The feuding among senior al Shabaab leaders has never really ended but that sort of thing rarely makes the news. One exception occurred in early 2013 when al Shabaab ordered one of their more visible leaders, American born (but with a Syrian father) Abu Mansoor al Amriki (Omar Hammami) to turn himself in or be hunted down and killed. Hammami did not surrender and was caught by al Shabaab and killed in September 2013. Because Hammami was an American citizen that was considered news in most of the world. It all began at the end of 2012 when Hammami was expelled from al Shabaab and accused of spreading discord and disunity inside al Shabaab by going public about a dispute within al Shabaab over enforcing Islamic lifestyle rules. Hammami also accused al Shabaab leaders of corruption and incompetence. Al Shabaab quickly announced that Hammami was no longer their spokesman. Hammami has been with al Shabaab for seven years and had become a public face of the terrorists via his video releases on the Internet. Hammami grew up in Alabama, but came to Somalia and joined al Shabaab in 2006. Once he began appearing in al Shabaab videos he became a target for those fighting Islamic terrorists. The FBI named Hammami one of their most-wanted felons in late 2012 but that did not help get him out of Somalia safely.

In mid-2017 the Somali government does not want Mukhtar Robow to get killed by al Shabaab because that would cause more fighting in central Somalia and enable al Shabaab to continue moving through an area that is the safest route for al Shabaab from northern to southern Somalia. If Robow makes a peace deal with the government al Shabaab suddenly has a much more difficult time moving from north to south and, in effect, al Shabaab forces in the south (mostly near the Kenyan border) and north (mostly in Puntland) are isolated from each other and easier to defeat. Robow is apparently taking advantage of the situation and trying to make the best deal (for himself and his clan) he can with the government. Meanwhile he and several hundred of his armed followers have fortified a village 18 kilometers from Hudur and await developments.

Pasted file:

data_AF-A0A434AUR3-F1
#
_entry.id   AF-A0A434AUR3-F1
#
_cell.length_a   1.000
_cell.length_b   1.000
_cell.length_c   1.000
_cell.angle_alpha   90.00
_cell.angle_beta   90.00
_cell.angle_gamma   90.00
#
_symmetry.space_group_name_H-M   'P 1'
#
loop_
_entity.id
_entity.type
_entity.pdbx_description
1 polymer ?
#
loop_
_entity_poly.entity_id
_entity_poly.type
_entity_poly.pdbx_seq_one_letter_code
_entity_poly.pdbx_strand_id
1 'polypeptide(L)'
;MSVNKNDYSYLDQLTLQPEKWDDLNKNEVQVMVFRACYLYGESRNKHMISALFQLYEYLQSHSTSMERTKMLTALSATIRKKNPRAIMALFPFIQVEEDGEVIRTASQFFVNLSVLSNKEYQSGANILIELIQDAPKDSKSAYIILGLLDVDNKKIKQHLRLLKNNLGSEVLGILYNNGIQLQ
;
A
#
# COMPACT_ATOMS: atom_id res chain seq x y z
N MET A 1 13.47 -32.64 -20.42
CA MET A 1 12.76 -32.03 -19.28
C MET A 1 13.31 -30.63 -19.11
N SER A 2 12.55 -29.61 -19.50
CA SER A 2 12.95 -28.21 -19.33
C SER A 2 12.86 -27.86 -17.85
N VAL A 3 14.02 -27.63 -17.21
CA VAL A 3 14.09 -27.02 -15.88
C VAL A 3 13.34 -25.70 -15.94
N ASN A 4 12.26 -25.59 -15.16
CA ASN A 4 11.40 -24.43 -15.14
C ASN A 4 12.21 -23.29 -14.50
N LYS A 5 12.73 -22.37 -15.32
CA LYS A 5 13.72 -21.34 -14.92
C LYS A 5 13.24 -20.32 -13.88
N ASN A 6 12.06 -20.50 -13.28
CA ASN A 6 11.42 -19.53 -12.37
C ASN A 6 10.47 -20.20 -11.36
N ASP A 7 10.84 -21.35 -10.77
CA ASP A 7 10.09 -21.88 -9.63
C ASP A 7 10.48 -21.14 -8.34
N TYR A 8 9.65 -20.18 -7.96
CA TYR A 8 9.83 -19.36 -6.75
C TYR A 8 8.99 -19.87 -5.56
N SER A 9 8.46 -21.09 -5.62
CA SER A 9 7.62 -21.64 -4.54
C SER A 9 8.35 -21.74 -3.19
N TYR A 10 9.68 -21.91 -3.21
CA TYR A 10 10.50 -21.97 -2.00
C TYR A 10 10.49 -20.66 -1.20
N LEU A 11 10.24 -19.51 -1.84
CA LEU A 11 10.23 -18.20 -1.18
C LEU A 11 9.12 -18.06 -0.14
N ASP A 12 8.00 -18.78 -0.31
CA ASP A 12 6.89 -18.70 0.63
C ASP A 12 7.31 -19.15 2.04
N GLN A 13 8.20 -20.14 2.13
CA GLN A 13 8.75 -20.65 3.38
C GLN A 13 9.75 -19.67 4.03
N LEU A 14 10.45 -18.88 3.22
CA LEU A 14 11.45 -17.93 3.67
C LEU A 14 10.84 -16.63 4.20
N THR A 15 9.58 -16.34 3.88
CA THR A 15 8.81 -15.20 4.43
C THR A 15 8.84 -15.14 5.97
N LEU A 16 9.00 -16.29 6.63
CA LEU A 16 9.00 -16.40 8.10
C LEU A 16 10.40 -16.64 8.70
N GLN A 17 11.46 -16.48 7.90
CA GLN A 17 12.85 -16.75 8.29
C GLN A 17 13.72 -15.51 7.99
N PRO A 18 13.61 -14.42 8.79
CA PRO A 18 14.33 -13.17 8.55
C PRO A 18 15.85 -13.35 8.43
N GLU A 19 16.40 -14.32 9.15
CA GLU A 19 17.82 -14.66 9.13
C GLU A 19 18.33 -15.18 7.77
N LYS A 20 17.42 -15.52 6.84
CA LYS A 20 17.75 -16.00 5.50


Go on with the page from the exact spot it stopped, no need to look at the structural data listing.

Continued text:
The Larger Mess

The main threat in Somalia is the corruption and factionalism that have always defined and defiled Somali culture. Since 2013 Al Shabaab has been driven out of most of the territory it controlled for years but remnants fought on in thinly populated areas of central Somalia, the far north (Puntland border) and far south (Kenyan border). The defeated al Shabaab split into factions and most of the international (pro-al Qaeda) group has seized control of what was left. An elected Somali government, propped up by foreign aid (most of which gets stolen) has been around since 2012. Despite all that Somalia is still a failed state that defies every attempt at nation building. The situation is worse than it appears because Somalia was never a country, but rather a collection of clans and tribes that fight each other constantly over economic issues (land and water). The country remains an economic and political mess, a black hole on the map.

Pirates became a major problem after 2006 and in response the major trading nations launched a counter-piracy effort which since 2012 reduced pirate success (captured ships) considerably. In fact, no large ships have been captured in since early 2012 even though some of the pirate gangs are still operating up there. There are not many pirate groups left because of the lack of multi-million dollar ransoms.